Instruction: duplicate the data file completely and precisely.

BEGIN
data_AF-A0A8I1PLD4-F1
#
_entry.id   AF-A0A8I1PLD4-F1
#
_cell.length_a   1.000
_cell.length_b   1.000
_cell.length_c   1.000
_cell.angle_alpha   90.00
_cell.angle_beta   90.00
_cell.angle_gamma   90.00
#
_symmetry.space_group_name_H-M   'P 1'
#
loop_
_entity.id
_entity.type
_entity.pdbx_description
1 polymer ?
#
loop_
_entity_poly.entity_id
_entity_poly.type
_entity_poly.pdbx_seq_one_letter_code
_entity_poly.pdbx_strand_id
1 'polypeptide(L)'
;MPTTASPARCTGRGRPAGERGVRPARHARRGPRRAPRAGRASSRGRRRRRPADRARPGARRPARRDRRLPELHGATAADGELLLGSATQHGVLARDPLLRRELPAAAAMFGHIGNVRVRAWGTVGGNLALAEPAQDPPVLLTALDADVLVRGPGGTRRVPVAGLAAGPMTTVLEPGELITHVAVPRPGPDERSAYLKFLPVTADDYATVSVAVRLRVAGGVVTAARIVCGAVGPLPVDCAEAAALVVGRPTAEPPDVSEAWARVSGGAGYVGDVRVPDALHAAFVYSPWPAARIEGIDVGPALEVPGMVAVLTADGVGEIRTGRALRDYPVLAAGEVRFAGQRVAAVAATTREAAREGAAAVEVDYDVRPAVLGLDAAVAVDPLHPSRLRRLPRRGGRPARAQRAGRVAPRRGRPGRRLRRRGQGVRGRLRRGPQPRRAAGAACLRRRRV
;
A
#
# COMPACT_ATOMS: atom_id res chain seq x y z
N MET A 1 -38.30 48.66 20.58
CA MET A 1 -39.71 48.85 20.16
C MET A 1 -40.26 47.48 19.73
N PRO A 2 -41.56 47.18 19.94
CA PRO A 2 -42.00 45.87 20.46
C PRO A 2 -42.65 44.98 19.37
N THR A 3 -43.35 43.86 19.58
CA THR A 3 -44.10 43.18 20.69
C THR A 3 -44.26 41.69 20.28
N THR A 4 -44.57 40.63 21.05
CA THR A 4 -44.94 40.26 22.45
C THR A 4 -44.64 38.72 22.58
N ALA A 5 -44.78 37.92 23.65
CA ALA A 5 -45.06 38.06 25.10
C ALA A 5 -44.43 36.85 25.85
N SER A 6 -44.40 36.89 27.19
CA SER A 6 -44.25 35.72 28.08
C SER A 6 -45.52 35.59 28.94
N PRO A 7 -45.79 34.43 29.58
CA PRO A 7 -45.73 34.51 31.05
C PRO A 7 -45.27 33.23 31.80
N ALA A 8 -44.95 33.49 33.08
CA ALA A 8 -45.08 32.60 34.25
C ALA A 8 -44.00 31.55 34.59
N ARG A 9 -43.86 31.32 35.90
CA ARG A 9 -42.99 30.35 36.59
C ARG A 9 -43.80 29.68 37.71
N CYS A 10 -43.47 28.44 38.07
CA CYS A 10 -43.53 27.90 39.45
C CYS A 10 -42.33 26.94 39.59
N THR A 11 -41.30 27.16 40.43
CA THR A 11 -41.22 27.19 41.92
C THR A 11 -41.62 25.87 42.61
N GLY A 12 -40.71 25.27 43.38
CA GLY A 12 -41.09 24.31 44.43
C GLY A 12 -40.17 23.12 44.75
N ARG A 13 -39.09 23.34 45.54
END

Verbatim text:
data_AF-A0A8I1PLD4-F1
#
_entry.id   AF-A0A8I1PLD4-F1
#
_cell.length_a   1.000
_cell.length_b   1.000
_cell.length_c   1.000
_cell.angle_alpha   90.00
_cell.angle_beta   90.00
_cell.angle_gamma   90.00
#
_symmetry.space_group_name_H-M   'P 1'
#
loop_
_entity.id
_entity.type
_entity.pdbx_description
1 polymer ?
#
loop_
_entity_poly.entity_id
_entity_poly.type
_entity_poly.pdbx_seq_one_letter_code
_entity_poly.pdbx_strand_id
1 'polypeptide(L)'
;MPTTASPARCTGRGRPAGERGVRPARHARRGPRRAPRAGRASSRGRRRRRPADRARPGARRPARRDRRLPELHGATAADGELLLGSATQHGVLARDPLLRRELPAAAAMFGHIGNVRVRAWGTVGGNLALAEPAQDPPVLLTALDADVLVRGPGGTRRVPVAGLAAGPMTTVLEPGELITHVAVPRPGPDERSAYLKFLPVTADDYATVSVAVRLRVAGGVVTAARIVCGAVGPLPVDCAEAAALVVGRPTAEPPDVSEAWARVSGGAGYVGDVRVPDALHAAFVYSPWPAARIEGIDVGPALEVPGMVAVLTADGVGEIRTGRALRDYPVLAAGEVRFAGQRVAAVAATTREAAREGAAAVEVDYDVRPAVLGLDAAVAVDPLHPSRLRRLPRRGGRPARAQRAGRVAPRRGRPGRRLRRRGQGVRGRLRRGPQPRRAAGAACLRRRRV
;
A
#
# COMPACT_ATOMS: atom_id res chain seq x y z
N MET A 1 -38.30 48.66 20.58
CA MET A 1 -39.71 48.85 20.16
C MET A 1 -40.26 47.48 19.73
N PRO A 2 -41.56 47.18 19.94
CA PRO A 2 -42.00 45.87 20.46
C PRO A 2 -42.65 44.98 19.37
N THR A 3 -43.35 43.86 19.58
CA THR A 3 -44.10 43.18 20.69
C THR A 3 -44.26 41.69 20.28
N THR A 4 -44.57 40.63 21.05
CA THR A 4 -44.94 40.26 22.45
C THR A 4 -44.64 38.72 22.58
N ALA A 5 -44.78 37.92 23.65
CA ALA A 5 -45.06 38.06 25.10
C ALA A 5 -44.43 36.85 25.85
N SER A 6 -44.40 36.89 27.19
CA SER A 6 -44.25 35.72 28.08
C SER A 6 -45.52 35.59 28.94
N PRO A 7 -45.79 34.43 29.58
CA PRO A 7 -45.73 34.51 31.05
C PRO A 7 -45.27 33.23 31.80
N ALA A 8 -44.95 33.49 33.08
CA ALA A 8 -45.08 32.60 34.25
C ALA A 8 -44.00 31.55 34.59
N ARG A 9 -43.86 31.32 35.90
CA ARG A 9 -42.99 30.35 36.59
C ARG A 9 -43.80 29.68 37.71
N CYS A 10 -43.47 28.44 38.07
CA CYS A 10 -43.53 27.90 39.45
C CYS A 10 -42.33 26.94 39.59
N THR A 11 -41.30 27.16 40.43
CA THR A 11 -41.22 27.19 41.92
C THR A 11 -41.62 25.87 42.61
N GLY A 12 -40.71 25.27 43.38
CA GLY A 12 -41.09 24.31 44.43
C GLY A 12 -40.17 23.12 44.75
N ARG A 13 -39.09 23.34 45.54